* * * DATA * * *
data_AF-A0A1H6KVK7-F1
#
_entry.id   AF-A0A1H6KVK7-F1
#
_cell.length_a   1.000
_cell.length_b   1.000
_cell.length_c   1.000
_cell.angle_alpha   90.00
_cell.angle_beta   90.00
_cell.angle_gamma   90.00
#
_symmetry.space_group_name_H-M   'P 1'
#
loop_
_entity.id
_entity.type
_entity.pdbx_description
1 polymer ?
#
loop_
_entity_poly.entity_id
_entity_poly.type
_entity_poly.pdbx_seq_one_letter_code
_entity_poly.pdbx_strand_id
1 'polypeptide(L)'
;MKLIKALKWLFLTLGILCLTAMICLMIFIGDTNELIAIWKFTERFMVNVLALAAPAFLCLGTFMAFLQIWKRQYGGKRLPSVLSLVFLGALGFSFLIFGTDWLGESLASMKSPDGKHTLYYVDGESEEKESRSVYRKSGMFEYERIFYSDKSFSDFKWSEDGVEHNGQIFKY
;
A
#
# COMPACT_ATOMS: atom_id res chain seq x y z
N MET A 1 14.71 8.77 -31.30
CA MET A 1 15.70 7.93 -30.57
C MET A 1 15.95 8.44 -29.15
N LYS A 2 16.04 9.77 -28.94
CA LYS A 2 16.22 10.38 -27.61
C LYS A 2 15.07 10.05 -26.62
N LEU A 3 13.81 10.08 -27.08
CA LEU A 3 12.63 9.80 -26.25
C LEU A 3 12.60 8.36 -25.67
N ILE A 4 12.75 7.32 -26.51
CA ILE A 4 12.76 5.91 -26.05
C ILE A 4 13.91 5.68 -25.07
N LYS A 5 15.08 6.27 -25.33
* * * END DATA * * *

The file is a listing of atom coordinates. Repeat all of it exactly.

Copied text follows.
data_AF-A0A1H6KVK7-F1
#
_entry.id   AF-A0A1H6KVK7-F1
#
_cell.length_a   1.000
_cell.length_b   1.000
_cell.length_c   1.000
_cell.angle_alpha   90.00
_cell.angle_beta   90.00
_cell.angle_gamma   90.00
#
_symmetry.space_group_name_H-M   'P 1'
#
loop_
_entity.id
_entity.type
_entity.pdbx_description
1 polymer ?
#
loop_
_entity_poly.entity_id
_entity_poly.type
_entity_poly.pdbx_seq_one_letter_code
_entity_poly.pdbx_strand_id
1 'polypeptide(L)'
;MKLIKALKWLFLTLGILCLTAMICLMIFIGDTNELIAIWKFTERFMVNVLALAAPAFLCLGTFMAFLQIWKRQYGGKRLPSVLSLVFLGALGFSFLIFGTDWLGESLASMKSPDGKHTLYYVDGESEEKESRSVYRKSGMFEYERIFYSDKSFSDFKWSEDGVEHNGQIFKY
;
A
#
# COMPACT_ATOMS: atom_id res chain seq x y z
N MET A 1 14.71 8.77 -31.30
CA MET A 1 15.70 7.93 -30.57
C MET A 1 15.95 8.44 -29.15
N LYS A 2 16.04 9.77 -28.94
CA LYS A 2 16.22 10.38 -27.61
C LYS A 2 15.07 10.05 -26.62
N LEU A 3 13.81 10.08 -27.08
CA LEU A 3 12.63 9.80 -26.25
C LEU A 3 12.60 8.36 -25.67
N ILE A 4 12.75 7.32 -26.51
CA ILE A 4 12.76 5.91 -26.05
C ILE A 4 13.91 5.68 -25.07
N LYS A 5 15.08 6.27 -25.33